SINGAPORE - With two matches to go before the final whistle, football fans are likely to be busy scouting for venues to send off the quadrennial World Cup in style.
There are options aplenty for those watching the third-place play-off between Brazil and the Netherlands at 4am on Sunday Singapore time, and the final clash between Germany and Argentina at 3am on Monday.
Better yet, you do not have to pay a cent at many of these places.
Besides the usual sports-screening haunts such as bars, supporters can also head to Hong Lim Park, 38 McDonald's outlets, four Safra clubs and 58 community centres and clubs (CCs), where they can enjoy the game without having to buy food or drinks.
Since Brazil played Croatia in the opening match in Sao Paulo on June 12, many fans have ventured out to catch the Fifa World Cup instead of staying at home.
According to People's Association, more than 510,000 people have flocked to its community centres and clubs for a piece of football action. This is a jump from the more than 180,000 people who caught the 2010 World Cup screenings at 16 CCs.
To watch all the matches at home, viewers had to pay $112.35 for a subscription package from SingTel, although MediaCorp aired the opening and semi- final matches for free on okto channel and will show the final match as well.
Still, some viewers prefer to watch the games outside.
Mr Jasveer Singh, 51, who is self- employed, has been at every match screening in Hong Lim Park with his homemaker wife Ozzie Singh, 48. "Nothing beats the big screen," he explains. The couple also went to Hong Lim Park to watch the World Cup in 2010. Besides the free screenings, fringe activities also add to the fun. For example, viewers can play table football or take part in half-time quizzes at some of the CCs, or join lucky draws and contests at Hong Lim Park to win World Cup souvenirs such as an official match ball.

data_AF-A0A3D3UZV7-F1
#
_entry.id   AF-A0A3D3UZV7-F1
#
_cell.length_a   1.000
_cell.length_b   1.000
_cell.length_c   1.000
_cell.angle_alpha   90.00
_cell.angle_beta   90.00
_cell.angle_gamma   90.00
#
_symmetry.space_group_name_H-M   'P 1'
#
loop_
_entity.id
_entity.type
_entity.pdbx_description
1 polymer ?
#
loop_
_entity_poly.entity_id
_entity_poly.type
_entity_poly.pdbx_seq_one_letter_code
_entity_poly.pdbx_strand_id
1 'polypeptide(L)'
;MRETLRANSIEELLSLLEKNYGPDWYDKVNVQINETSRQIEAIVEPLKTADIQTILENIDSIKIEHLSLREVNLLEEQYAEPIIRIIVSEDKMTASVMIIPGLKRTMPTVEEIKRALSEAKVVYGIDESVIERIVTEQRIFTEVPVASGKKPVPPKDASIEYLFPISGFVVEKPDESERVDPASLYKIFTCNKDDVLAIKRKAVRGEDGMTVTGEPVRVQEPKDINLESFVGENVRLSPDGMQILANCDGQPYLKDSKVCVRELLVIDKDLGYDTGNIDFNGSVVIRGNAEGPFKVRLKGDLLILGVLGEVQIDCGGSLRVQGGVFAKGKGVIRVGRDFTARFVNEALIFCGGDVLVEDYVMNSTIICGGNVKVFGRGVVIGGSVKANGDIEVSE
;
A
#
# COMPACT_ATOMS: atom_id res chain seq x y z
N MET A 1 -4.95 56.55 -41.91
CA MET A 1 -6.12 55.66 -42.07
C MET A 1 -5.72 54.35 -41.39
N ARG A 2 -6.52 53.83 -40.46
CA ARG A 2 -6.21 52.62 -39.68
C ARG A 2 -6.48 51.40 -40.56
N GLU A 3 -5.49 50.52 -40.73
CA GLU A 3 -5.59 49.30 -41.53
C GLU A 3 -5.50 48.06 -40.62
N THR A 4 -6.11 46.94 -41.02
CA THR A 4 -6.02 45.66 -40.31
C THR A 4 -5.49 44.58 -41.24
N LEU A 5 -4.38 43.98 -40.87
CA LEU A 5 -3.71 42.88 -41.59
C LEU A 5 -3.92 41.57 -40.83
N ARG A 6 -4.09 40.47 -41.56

Interest group leader Samuel Lim, 31, who is volunteering in the People's Association team that organises the Telok Ayer Hong Lim Green CC's screenings at Hong Lim Park, says: "We went the extra mile with the prizes so people can take home an authentic piece of this once-in- four-years event."
When it comes to catching the beautiful game, it is the more the merrier.
Mr Fadhil Alsagoff, 22, an undergraduate at the National University of Singapore, watched the match between France and Germany last Saturday with his younger brother and cousin at Pasir Ris Elias Community Club, which is a five-minute walk from his home. "It's a lot more fun to shout and laugh when you're doing it with other people," says Mr Fadhil, who will head out again to watch the final on Monday.
"I'm excited to watch the amazing display of football between two of the world's best teams and to catch history in the making." firstname.lastname@example.org
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